While this may seem a risky move for a traditional publisher, acquiring a social network was a fundamental turning point on our path to becoming a confident and energetic digital business. It gave us the chance to experiment with a second space for local news but, most importantly, it boosted our strategy of acquiring registered members and enabled us to learn lessons from the agile, fail-fast start-up culture.

Neighbourly has been profitable for a couple of years and continues to expand its scale and brand. Its undeniable success has shown us the value of developing new ways to support and fund the journalism that remains at the core of our business. It has given us the assurance and nerve to venture into other categories outside of our core. In fact, in the past 18 months we have launched four new businesses in electricity, fibre Internet, movie streaming, and health insurance.

Editorially, Neighbourly and the Stuff news platform complement each other. Local stories can get lost amongst the national and international coverage on Stuff. On Neighbourly, they can arrive in the news feeds of interested residents and spark meaningful conversations. Broadly, we tell our reporters that Stuff is for content and Neighbourly is for community — it’s a place to build a story, or build on a story.

In recent months, we’ve come to appreciate Neighbourly all over again. As publishers worldwide seek to disentangle themselves from the quagmire that is Facebook, operating our own social network gives us a unique homegrown advantage. Stuff didn’t build its house on Zuckerberg’s land — we’re lucky to have a large and loyal direct audience — and we never pursued a full-blown content distribution strategy. But like all publishers, we’ve still witnessed a precipitous drop in referrals from Facebook in the last year.

Neighbourly doesn’t offer quite the same size audience as Facebook. However, we’re seeing clear dividends from our investment in building communities where residents want to engage with our journalists. Stuff’s newsrooms around New Zealand are now shifting much of their energy from Facebook and Twitter to focus on fostering engaged audiences on Neighbourly. That investment offers long-term payback in stark contrast to the agonising uncertainty of dancing as Facebook’s marionettes.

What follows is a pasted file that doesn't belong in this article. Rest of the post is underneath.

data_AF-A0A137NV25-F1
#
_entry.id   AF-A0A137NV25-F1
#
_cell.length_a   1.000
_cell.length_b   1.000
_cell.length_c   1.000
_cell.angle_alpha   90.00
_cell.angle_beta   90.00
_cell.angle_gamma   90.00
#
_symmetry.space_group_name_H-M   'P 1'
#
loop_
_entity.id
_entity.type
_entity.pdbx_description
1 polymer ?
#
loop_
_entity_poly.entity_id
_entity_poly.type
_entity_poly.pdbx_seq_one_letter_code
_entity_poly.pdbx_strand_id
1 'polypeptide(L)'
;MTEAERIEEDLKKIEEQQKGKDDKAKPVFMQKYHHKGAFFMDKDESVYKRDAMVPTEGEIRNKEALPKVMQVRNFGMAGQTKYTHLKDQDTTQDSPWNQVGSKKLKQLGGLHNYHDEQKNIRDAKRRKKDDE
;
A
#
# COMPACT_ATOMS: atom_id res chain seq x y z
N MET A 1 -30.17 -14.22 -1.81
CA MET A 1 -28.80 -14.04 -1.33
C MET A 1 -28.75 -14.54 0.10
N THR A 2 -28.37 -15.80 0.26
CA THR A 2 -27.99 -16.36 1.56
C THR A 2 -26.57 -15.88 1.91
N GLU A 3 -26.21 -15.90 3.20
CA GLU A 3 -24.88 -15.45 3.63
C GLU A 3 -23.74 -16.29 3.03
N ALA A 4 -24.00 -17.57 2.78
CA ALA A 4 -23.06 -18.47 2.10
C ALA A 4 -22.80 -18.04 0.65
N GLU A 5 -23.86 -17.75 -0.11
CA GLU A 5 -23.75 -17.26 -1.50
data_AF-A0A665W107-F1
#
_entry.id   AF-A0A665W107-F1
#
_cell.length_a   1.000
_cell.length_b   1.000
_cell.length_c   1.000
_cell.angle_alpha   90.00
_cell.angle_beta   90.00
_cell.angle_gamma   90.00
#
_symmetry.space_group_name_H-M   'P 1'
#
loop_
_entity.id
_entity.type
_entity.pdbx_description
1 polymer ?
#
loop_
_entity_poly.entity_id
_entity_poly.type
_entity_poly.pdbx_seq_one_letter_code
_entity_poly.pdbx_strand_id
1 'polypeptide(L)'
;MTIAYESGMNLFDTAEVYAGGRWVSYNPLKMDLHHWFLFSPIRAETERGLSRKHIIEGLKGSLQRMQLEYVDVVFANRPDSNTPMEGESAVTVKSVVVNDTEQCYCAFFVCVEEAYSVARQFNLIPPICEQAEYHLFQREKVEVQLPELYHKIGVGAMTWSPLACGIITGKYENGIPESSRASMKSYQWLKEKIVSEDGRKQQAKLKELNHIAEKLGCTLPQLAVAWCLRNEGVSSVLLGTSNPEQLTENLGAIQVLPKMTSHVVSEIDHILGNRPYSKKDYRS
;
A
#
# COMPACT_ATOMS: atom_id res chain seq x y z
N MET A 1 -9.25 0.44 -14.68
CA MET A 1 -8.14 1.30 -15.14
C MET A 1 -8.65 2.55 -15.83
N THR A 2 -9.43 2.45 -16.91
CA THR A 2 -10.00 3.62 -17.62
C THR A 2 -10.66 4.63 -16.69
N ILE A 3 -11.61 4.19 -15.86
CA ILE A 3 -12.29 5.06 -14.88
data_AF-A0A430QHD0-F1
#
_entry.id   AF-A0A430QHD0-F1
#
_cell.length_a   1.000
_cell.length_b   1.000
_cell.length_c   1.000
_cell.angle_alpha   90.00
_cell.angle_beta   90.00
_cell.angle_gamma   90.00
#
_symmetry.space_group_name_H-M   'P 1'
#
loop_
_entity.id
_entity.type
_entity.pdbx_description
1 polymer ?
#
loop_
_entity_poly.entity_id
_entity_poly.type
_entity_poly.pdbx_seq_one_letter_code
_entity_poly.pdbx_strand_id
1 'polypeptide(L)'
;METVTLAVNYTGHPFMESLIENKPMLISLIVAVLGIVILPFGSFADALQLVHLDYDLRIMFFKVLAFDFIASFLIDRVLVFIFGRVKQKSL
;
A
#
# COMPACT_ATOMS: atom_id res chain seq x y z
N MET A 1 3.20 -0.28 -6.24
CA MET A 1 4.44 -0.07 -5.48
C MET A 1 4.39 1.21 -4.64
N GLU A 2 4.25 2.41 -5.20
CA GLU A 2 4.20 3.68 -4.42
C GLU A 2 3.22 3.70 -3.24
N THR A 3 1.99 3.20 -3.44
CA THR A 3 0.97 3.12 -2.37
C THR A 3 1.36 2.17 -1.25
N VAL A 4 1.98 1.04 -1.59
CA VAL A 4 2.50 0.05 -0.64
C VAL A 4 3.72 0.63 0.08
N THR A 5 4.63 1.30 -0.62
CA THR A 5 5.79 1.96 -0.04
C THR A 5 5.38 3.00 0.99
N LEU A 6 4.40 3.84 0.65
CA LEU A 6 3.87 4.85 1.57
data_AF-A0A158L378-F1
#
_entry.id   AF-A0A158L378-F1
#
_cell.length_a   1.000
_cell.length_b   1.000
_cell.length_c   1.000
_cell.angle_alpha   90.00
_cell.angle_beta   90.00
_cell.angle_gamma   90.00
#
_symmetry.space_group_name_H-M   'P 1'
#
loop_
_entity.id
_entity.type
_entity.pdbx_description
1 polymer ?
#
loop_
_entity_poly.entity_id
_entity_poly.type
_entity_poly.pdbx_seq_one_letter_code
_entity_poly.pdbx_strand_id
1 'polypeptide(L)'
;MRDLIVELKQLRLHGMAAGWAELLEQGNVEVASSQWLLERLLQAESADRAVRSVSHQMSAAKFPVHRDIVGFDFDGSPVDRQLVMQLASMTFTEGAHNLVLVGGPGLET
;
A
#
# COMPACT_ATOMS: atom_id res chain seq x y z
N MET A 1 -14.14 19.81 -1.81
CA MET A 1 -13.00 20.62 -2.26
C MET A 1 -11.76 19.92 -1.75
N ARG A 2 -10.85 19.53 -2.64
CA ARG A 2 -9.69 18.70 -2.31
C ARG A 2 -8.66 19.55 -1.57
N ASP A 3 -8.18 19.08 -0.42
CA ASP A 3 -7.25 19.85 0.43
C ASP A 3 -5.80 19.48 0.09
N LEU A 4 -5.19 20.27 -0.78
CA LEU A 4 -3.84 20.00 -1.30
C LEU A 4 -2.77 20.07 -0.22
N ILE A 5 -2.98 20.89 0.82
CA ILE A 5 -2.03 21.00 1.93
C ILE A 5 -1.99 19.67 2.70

Neighbourly is also vital as we reevaluate how local print journalism fits into our business model. In February this year, we announced we’d be closing or selling 28 of our small, free, community or rural titles. While necessary, it’s a challenging and sometimes painful process. While we are closing some print titles, we are retaining journalists to still cover these communities; Neighbourly will be instrumental in how we maintain community journalism.

But the recipe for journalism on Neighbourly is not yet settled. We don’t know of any other media companies in the world that have adopted a social network, which means our staff are breaking new ground as they work out how best to develop this platform to serve the needs of New Zealanders in their communities. Our reporters, editors, sales people, and developers all need to experiment to learn what users want in this arena and respond accordingly.

Neighbourly is designed to connect neighbours on local issues. Journalists play a part by sharing news and asking members to contribute their thoughts. We can post as individuals or as brands, directly into residents’ feeds in targeted suburbs and towns.

Our reporters are moving beyond simply posting relevant stories on the platform to using Neighbourly as a tool to involve readers in the news-gathering process — crowdsourcing, polling, and reflecting residents’ concerns. On the flipside, Neighbourly has also been integrated into the larger Stuff home page, allowing us to serve up a very local news feed personalised to each user’s location.

Ultimately, this feeds back into Stuff’s success as a national platform, allowing us to break more great stories that Kiwis care about. Together, the national and local platforms we call the twin suns in Stuff’s solar system are helping us build a bright future as a digital company.

About Sinead Boucher